Sage Advice: Choosing a Yoga Teacher Training

Aspiring teachers sometimes write me to ask for advice on choosing a teacher training. While I can’t make individual recommendations without knowing the teacher-to-be and the offerings in his or her area, there are some general themes to my answer.

Be clear on your intention. As with any undertaking, clarity about what you’re doing is important. Spend some time considering why you feel called to yoga teacher training. Most trainees want to share the benefit that yoga has made in their lives; some want to deepen their own practice. Even if you emerge from this contemplation unable to articulate exactly what the pull is, it’s useful work.

Yoga teacher training is an ongoing process. Taking a teacher training is only one step in your development as a teacher. This development begins before teacher training, and it continues long after you finish your program. It involves practice, practice, practice, self-study, practice, study with others, practice, continual refinement of your views and skills, and more practice. Takeaway: this is just one part of a lifelong study; the program doesn’t have to be “perfect” to get you started on the path.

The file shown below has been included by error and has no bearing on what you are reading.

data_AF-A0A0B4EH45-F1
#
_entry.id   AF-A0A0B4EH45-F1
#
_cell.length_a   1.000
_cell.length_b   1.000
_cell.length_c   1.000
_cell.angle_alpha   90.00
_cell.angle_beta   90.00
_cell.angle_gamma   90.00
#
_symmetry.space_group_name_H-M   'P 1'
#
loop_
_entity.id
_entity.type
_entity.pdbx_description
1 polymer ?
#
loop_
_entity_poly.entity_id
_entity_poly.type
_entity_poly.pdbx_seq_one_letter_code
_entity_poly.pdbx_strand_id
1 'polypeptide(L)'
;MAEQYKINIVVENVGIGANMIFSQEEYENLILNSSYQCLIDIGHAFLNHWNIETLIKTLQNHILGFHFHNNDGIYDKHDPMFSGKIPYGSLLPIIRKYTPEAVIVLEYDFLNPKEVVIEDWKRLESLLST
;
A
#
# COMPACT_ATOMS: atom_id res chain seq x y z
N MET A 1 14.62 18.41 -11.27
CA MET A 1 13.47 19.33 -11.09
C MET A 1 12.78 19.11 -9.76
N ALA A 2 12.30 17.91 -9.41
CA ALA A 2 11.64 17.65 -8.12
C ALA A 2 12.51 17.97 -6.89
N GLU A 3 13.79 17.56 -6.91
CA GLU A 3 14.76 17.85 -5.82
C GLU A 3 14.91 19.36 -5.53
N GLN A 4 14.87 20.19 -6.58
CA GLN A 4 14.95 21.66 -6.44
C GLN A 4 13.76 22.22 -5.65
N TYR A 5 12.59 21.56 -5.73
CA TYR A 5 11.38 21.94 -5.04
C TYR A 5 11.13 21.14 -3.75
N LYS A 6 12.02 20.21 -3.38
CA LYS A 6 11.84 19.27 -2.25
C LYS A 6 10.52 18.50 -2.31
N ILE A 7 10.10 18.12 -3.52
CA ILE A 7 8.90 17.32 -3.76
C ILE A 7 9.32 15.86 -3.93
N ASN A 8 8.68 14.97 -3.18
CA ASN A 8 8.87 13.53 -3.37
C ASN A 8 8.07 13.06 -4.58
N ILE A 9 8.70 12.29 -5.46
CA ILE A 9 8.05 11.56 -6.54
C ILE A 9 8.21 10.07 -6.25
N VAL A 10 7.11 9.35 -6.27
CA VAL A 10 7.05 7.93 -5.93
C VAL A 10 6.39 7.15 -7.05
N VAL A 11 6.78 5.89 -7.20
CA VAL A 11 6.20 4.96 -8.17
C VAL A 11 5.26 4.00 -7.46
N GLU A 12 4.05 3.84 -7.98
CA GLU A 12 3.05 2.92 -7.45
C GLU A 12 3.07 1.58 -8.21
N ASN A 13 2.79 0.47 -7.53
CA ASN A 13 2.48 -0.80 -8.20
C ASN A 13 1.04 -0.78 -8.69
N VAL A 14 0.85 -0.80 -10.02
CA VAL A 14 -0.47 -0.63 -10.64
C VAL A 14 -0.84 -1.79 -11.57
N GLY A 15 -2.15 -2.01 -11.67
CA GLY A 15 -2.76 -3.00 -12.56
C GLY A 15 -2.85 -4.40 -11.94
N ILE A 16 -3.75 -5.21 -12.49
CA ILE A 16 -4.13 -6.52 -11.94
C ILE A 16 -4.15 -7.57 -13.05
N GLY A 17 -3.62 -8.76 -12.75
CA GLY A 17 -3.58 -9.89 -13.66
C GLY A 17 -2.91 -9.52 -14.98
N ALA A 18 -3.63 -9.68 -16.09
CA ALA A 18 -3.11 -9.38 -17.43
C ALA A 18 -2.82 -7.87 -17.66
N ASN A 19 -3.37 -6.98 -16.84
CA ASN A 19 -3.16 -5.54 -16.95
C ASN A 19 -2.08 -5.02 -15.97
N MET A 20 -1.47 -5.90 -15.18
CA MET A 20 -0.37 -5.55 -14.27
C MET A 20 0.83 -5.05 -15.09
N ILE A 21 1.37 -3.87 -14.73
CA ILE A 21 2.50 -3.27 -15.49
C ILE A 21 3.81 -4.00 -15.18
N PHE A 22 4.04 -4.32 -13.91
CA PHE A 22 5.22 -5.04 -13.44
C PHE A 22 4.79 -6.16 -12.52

A 200-hour program is like the first two years of college. The program presumes you have some knowledge already, and it should introduce you to the fundamental skills you’ll need to continue your own education. A program like the one I lead at Carrboro Yoga is even more explicitly like the first two years of college: we work through prerequisites, exploring major schools and styles while encouraging students to form their own decisions about what direction they will choose to explore in depth after the 200-hour level.

And just like college, you don’t have to go through this formal education process to be a fantastic teacher. The 200-hour Yoga Alliance standards, while well intentioned, are not uniformly applied or enforced; yoga got along for centuries without them. College is not for everyone.

Once you’ve gone broad, go deep. When you’re clear on your “major,” devote your study to a particular approach, whether that means studying with a specific teacher or in a specific style. This depth is important after you’ve gotten a sense of the breadth of yoga in your 200-hour or comparable training. This could mean attending another teacher training, apprenticing with and assisting a master teacher, or specializing in a group, like kids, seniors or, in my case, athletes. (Sales pitch: check out my online course on teaching yoga to athletes!)

Choose a program that suits your learning style and that you can commit to fully. For some, that’s an intensive immersion. For others, a one-weekend-a-month format soaks in better. What’s important is that you can make it to and through the program with full commitment, both from yourself and from the loved ones who’ll have to support you through the process.

If you’ve done teacher training or considered it, what advice or questions would you share?

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